I'm a member of the Church of Jesus Christ of Latter-Day Saints (LDS), otherwise known as the Mormon church, and have been my whole life. I come from a split family where I had the opportunity to learn different ways of life growing up. My mother and step-father were members of the LDS church and my father and step-mother were non-denominational and Catholic, respectively.
As a member of the LDS church, who also grew up in Utah, I was taught the importance of doing Genealogy work my whole life, but still at large I missed the boat on the whole process until recently. I was living in Virginia in 2011 when my sister decided it would be a good idea to make a life story book of my grandmother's life, to give to my mom for Christmas. Six months and countless hours later, we presented my mom with my most cherished piece of work in this life; a beautiful and thoroughly researched compilation of my grandmother's life entitled "The Life and Legacy of Thelma Gilbert Chatterton", a woman who I loved dearly, and have missed almost daily since her passing. Around the same time as we finished the book, I was released from my Young Women's calling. Devastated at first, I thought I was going to be the most bored person in our small little rural town in eastern Virginia, but I soon turned to my other calling (which honestly had been put on the back burner previously) Public Relations Representative for the Ward. While pondering how I could continue to actively involve myself in the midweek activities at church, I came up with the idea of offering a Genealogy Class to the general public of the area. Truth be told, I didn't think we'd get many responses, but I posted an ad in a free circular that is distributed quarterly in our small town. To my surprise, I was wrong. We filled our class within a few weeks and were worried we may end up having to turn people away.
This presented a new problem. Due to my lack of faith in the communities interest in the subject, I hadn't done much checking around for people to teach, and I had advertised the class as "come learn from experts", OOPS! I quickly found that "experts" were sparse in the whole stake let alone the ward. So during my 1 month to prepare I quickly realized that I was going to need to become an "expert" and fast.
So since the church sponsors FamilySearch, and we had a FamilySearch Family History Center right there in our church house, I decided to start there. I'm pretty confident that I watched every single beginner video available on the FamilySearch site and beyond. This is actually when I become acquainted with RootsTech, my one true genealogy love. During my searching I stumbled across the recorded sessions from last years conference (2012) and watched as many as I could make time to watch. The Google presentation by Dave Barney was particularly helpful to me as I was trying to figure out techniques to teach my soon to be genealogy class.
So my first 4 week session of classes came and went, and was a major success. The members of the community were super patient with me & even helpful as I wore my "lack of know how" on my sleeves. But I came out of it with a lot more knowledge and I even think I helped some of them in the process. Most became patrons of the Family History Center following the classes.
Shortly after that class was held I organized a 2nd session with an even larger turnout. This time I was able to involve some of the members of the ward and ended up with more than double the size of the class of the first. Around the time it was scheduled to start, I was also called to be the new Family History Center Director.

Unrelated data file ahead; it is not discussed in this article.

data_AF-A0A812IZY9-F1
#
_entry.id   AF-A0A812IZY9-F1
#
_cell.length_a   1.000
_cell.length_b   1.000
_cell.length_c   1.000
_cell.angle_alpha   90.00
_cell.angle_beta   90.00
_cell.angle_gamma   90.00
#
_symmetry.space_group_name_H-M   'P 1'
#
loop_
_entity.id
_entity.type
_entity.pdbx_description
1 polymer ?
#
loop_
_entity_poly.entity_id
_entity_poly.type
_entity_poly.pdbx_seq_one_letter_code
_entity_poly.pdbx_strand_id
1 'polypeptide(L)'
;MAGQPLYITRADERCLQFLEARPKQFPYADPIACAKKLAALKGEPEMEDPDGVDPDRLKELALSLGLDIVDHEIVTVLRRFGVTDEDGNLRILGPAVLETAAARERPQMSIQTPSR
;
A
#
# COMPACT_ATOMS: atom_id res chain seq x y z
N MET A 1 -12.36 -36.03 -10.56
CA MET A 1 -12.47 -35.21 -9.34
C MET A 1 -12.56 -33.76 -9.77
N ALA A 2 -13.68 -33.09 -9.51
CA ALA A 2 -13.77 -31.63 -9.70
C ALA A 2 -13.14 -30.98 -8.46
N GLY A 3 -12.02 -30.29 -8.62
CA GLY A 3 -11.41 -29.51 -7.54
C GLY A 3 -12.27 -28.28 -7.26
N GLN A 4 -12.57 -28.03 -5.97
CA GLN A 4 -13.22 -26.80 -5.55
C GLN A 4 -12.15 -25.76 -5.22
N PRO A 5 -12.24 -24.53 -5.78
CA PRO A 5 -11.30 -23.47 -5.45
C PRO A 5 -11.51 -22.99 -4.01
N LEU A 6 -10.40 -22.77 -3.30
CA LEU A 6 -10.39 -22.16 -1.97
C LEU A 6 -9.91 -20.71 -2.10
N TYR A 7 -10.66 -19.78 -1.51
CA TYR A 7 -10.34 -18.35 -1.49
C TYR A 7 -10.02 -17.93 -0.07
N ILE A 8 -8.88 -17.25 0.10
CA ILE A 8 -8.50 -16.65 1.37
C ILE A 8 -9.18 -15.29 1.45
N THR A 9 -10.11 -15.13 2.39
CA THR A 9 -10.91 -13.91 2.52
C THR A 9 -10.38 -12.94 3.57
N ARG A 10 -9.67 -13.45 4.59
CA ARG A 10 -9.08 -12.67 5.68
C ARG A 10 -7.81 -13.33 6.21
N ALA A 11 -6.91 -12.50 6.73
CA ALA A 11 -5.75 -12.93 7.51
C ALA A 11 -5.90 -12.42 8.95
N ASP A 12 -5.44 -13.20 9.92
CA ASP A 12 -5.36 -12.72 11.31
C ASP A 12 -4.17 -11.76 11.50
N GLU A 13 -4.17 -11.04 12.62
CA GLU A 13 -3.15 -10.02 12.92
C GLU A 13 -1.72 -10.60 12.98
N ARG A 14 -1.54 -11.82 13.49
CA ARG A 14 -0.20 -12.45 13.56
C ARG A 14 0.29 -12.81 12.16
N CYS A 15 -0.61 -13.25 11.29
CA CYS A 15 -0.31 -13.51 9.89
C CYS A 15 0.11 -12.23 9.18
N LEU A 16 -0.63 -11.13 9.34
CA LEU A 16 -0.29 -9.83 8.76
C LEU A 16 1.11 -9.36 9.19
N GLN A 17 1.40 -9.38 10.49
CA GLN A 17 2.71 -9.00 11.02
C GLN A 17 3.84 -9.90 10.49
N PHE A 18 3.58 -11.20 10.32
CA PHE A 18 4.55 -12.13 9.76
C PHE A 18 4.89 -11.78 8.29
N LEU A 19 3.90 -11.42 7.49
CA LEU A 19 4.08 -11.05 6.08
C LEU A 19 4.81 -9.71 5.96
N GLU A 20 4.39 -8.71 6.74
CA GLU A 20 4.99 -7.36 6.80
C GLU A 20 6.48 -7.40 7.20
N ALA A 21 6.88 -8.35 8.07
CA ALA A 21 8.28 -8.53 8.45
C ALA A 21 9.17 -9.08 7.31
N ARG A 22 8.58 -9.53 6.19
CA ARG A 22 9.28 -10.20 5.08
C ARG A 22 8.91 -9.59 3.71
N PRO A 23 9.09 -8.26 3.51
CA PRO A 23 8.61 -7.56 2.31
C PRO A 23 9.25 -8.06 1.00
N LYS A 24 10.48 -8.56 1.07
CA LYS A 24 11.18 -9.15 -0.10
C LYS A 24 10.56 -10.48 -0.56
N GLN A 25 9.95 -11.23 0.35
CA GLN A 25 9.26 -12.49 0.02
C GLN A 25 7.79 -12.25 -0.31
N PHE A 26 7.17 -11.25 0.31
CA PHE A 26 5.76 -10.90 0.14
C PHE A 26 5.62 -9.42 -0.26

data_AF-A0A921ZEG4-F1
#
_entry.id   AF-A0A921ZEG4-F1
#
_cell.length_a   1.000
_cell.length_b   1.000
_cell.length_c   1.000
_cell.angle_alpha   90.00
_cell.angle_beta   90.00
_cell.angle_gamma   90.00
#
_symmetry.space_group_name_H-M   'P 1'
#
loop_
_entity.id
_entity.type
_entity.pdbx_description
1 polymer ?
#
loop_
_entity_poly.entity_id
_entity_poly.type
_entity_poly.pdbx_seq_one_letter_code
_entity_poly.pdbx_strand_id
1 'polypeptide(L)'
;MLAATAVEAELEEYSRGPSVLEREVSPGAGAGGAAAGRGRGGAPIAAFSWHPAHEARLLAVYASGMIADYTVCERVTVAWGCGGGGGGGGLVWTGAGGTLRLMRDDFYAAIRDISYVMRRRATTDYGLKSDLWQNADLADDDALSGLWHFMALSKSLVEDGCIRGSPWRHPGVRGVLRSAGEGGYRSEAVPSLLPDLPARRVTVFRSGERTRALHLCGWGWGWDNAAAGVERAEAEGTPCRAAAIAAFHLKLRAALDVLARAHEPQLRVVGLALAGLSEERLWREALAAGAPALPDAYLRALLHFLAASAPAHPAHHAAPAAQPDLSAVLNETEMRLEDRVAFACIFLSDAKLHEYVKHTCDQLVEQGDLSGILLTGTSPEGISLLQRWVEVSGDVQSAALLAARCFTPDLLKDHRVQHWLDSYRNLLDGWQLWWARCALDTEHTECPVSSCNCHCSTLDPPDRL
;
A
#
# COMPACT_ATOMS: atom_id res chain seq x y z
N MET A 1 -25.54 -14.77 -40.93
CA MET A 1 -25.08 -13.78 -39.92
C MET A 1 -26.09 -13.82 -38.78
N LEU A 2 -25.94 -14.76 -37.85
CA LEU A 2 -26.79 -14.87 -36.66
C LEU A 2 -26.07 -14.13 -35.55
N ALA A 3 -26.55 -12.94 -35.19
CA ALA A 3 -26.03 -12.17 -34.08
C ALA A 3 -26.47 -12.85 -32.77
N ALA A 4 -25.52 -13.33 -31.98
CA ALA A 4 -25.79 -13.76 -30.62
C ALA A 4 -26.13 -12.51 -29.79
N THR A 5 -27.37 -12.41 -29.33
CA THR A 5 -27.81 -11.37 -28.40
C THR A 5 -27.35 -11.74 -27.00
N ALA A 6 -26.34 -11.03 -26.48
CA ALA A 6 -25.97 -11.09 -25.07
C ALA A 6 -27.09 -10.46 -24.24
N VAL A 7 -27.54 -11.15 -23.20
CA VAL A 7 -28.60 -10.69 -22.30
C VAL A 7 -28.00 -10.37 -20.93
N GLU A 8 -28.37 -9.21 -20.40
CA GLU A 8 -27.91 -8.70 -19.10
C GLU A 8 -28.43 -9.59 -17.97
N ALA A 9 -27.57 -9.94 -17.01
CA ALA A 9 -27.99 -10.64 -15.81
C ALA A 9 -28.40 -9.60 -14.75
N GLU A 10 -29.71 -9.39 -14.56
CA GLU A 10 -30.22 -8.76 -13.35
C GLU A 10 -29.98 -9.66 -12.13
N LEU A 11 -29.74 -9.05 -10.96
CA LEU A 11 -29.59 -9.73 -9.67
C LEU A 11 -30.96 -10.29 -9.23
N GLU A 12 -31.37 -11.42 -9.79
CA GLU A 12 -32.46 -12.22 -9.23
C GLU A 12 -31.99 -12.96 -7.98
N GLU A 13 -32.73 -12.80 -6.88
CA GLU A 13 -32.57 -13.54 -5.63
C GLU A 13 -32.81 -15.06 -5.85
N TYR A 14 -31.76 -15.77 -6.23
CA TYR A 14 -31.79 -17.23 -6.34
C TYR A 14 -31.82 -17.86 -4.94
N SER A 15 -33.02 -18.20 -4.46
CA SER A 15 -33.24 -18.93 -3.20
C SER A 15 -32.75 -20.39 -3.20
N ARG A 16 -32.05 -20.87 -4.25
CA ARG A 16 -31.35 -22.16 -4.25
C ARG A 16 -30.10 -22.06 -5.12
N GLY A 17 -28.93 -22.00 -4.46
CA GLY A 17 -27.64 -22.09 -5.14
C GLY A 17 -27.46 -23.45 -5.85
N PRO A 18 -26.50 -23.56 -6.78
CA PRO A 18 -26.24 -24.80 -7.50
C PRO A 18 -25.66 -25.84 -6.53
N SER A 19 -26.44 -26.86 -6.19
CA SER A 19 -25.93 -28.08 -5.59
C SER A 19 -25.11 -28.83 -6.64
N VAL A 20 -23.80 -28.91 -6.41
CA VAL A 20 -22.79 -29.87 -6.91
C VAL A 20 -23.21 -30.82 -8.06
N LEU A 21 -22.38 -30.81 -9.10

As you can imagine, this quickly began consuming my life, if it hadn't already, and I'm not sure that it hadn't. But the condition of the center was, run incorrectly for sometime, and with the major advances and changes that were in the works with FamilySearch, it really felt like it was dated in many ways. The director who had previously been in, by his own admittance, didn't know much about genealogy and really just opened the door during operating hours, he wasn't sure what he was supposed to do beyond that, so it needed some work put into it.
I would say that this is where my addiction/obsession began......my life became consumed with getting things operating smoothly there in our little center, and doing it absolutely correctly. I'll admit I probably ruffled a few feathers along the way, no, I definitely did, but I felt a strong urgency and importance to getting that center running correctly. I didn't find out why until a little over a month later, in July of 2012, my husband applied, received, & accepted a job in a rural town in Utah.
We moved to Utah in less than a month, and looking back now on those 6 or so months, my heart was completely and fully changed. I learned, believed and came to experience the importance of not only Genealogy work but also and possibly more importantly Family History work. However with all the countless hours I was investing into learning the ins and outs, I certainly didn't have time to even think about addressing my own personal genealogy work, I was too consumed with my calling. This is why I consider it one of the greatest blessings of my life when my husband got the job in Utah, where my roots are.
Don't get me wrong, I was nervous, no terrified to move back to Utah. I had found my "purpose" there in Virginia and I was good at it, I also had created friendships that I didn't know if I was prepared to leave behind, and as a married couple my husband and I had never lived close to family, so the thought of dealing with the challenges that were sure to come from that was terrifying. BUT I knew and he knew that it was exactly what we were supposed to do, and it was in fact something that we had wanted to do for a while, the realty was just a bit more scary than the idea of it.
So onto Utah we came, and that is how I got started. :)